Saturday, December 08, 2018


Excellent piece by Jack Hellner over at American Thinker:

"Washington Post columnist Catherine Rampell, and many other supposed journalists, repeatedly write about economics as if they know what they are talking about. Problem is, they repeatedly show how ignorant they are.

Of all the things she could possibly say about the late President George H.W. Bush as his funeral goes on, she compliments the man for calling President Reagan’s tax cuts “Voodoo Economics." It's absurd. President George H.W. Bush fully embraced the Reagan Revolution as his loyal vice president and his legacy of greatness is at least partly connected to Reagan's.

But Rampell is still stuck on the campaign rhetoric of 1980, where Reagan and Bush competed for the Republican candidacy and Bush used the term 'voodoo economics' to unseat Reagan, something the voters didn't buy. Bush was apparently willing to forget about that, as he embraced being Reagan's running mate. But Rampell talks of that fleeting moment as if it were the only immutable truth. In the following column, Rampell says that it is crazy and ridiculous for anyone to claim that you could increase tax revenue by cutting taxes:

~ But Bush was end-of-an-era in another crucial way. He might well be the last Republican leader to acknowledge the fundamental fraud of Republican fiscal policy: that tax cuts do not pay for themselves.

Bush was referring to supply-side policies that claimed tax cuts for the rich would unleash so much growth they would generate enough revenue to fund themselves.

Characterizing Reaganomics as “voodoo” was colorful, yes, but it wasn’t crazy. Of course it was ridiculous to claim you could increase tax revenue by cutting taxes.

How little she remembers. The fact is, Ronald Reagan inherited an economic disaster when he came into office in 1981. We had double-digit inflation, double-digit interest rates and double-digit unemployment.

When Reagan took office, he along with Federal Reserve Chairman Paul Volcker worked to wring the double-digit inflation and double-digit interest rates out of the economy. That required double-digit interest-rate hikes and for awhile, it was bitter medicine. But he also worked to wring big government out of the economy. By 1984, he cut the top income tax rate from the punishing 70% to 28%. In fiscal year 1983, federal revenues were $601 billion. By fiscal 1989, they were $991 billion. I would say that all the people who do not acknowledge that Reagan’s supply-side, (or more derisively, 'trickle down' or 'voodoo') economics worked are the crazy ones. If not the liars.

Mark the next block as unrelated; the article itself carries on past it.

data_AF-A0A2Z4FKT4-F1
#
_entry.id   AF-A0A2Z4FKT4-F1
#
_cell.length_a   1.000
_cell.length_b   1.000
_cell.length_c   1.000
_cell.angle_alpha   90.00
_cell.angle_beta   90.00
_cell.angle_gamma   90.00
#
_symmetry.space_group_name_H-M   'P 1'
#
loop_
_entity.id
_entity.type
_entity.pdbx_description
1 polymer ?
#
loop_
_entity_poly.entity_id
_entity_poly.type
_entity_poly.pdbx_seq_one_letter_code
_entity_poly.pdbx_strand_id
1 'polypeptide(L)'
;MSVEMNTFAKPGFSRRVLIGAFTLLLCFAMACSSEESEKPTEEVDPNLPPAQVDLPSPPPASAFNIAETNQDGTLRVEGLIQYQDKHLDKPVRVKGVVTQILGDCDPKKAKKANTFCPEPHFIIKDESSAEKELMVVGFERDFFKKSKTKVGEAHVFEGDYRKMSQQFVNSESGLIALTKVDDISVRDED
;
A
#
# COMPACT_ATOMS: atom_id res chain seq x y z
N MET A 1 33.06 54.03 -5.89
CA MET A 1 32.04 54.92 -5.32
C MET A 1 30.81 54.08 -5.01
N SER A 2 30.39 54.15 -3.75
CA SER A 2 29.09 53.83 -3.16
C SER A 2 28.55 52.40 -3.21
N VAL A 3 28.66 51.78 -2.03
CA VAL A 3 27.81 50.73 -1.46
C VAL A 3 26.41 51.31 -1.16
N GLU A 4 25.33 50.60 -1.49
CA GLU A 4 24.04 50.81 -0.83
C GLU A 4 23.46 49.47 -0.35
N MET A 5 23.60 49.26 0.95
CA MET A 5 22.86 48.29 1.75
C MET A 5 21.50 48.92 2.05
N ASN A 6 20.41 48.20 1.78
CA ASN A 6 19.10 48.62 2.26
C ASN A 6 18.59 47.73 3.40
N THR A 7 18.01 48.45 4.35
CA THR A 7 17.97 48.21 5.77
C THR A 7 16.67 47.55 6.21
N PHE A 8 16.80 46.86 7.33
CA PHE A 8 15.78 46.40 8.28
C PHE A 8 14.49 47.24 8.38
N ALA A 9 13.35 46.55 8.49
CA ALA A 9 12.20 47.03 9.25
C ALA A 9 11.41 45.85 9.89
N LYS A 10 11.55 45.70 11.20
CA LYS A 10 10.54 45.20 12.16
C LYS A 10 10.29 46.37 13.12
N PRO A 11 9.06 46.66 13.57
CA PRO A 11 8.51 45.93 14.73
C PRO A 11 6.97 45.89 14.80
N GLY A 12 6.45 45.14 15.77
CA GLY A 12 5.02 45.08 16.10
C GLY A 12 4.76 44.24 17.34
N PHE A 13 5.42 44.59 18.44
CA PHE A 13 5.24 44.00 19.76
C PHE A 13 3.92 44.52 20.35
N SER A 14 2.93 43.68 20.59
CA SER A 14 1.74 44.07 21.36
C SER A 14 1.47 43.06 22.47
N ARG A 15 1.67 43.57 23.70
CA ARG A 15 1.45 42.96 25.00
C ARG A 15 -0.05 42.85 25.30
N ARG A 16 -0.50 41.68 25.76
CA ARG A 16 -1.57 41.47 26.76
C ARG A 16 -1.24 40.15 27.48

The Bush II tax-cuts-and-government revenue example is even more recent, and possibly an even better example of supply economics at work. Rampell should be aware of that, too. Bush II inherited a recession and a collapsed stock market. In fiscal 2000, the government collected $2.03 trillion in revenues. For three straight years, revenues dropped, and by FY 2003, they were down to $1.72 trillion. Bush got his substantial tax cuts for individuals passed in May 2003 and by FY 2004 revenues were rising again. By FY 2007 they were up to $2.55 trillion. Revenues were up around 50% in four short years because of the tax cuts allowing people to keep more of the money they earned.

Why won’t Rampell and other stenographers report the truth instead of Democrat talking points?

Scroll over to 2018, which is the first year since 2005 that the U.S economy is expected to grow 3% for the year. It is not a coincidence that the results from both years occurred after substantial tax cuts. One of the best things President Trump and the Republicans did was to make the corporate tax cuts permanent to take out the uncertainty. They would have also made the individual tax cuts permanent except for the lack of support from any Democrats as the media, almost in unison, took the Democrats' position. If the Congressional Budget Office would just look at historical facts, they also wouldn’t have come up with the fictional $1.5 trillion "cost.""

While we are at it, here's some relevant theory:

... from the man himself:

There's nothing voodoo about it, just common sense.


No comments: